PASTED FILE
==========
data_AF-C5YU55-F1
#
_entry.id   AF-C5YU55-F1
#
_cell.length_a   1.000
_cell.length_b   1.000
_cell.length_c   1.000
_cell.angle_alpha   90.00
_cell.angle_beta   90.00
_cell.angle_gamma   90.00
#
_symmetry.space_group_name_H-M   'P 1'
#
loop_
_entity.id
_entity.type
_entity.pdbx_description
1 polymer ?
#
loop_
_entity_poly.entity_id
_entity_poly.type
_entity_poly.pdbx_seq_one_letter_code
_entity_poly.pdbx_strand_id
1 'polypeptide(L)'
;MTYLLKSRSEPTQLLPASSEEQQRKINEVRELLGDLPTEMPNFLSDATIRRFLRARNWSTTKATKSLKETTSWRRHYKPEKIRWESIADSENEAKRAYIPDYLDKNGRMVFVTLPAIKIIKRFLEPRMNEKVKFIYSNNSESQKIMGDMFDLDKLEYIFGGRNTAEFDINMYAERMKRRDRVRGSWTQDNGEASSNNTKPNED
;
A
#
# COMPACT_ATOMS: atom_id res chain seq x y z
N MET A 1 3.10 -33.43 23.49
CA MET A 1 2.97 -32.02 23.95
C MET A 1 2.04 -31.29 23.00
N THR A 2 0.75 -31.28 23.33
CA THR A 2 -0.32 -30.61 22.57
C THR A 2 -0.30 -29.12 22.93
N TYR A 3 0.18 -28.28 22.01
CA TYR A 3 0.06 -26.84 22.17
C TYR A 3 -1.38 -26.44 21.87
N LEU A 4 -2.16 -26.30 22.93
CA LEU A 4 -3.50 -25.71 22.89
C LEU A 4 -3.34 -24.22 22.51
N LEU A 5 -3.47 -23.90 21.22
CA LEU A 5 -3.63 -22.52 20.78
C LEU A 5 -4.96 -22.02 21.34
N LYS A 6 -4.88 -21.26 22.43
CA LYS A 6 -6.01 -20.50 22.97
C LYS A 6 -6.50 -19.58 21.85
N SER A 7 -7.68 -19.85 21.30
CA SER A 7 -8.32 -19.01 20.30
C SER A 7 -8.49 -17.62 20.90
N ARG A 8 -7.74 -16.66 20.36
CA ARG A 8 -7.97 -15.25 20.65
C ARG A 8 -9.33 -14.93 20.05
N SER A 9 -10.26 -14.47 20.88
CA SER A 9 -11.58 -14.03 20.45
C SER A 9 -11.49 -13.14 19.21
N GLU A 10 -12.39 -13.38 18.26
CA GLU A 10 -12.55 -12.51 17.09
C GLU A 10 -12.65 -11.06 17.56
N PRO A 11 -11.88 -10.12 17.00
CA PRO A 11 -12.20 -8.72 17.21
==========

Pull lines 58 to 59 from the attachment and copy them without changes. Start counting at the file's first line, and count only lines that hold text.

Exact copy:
N GLU A 10 -12.39 -13.38 18.26
CA GLU A 10 -12.55 -12.51 17.09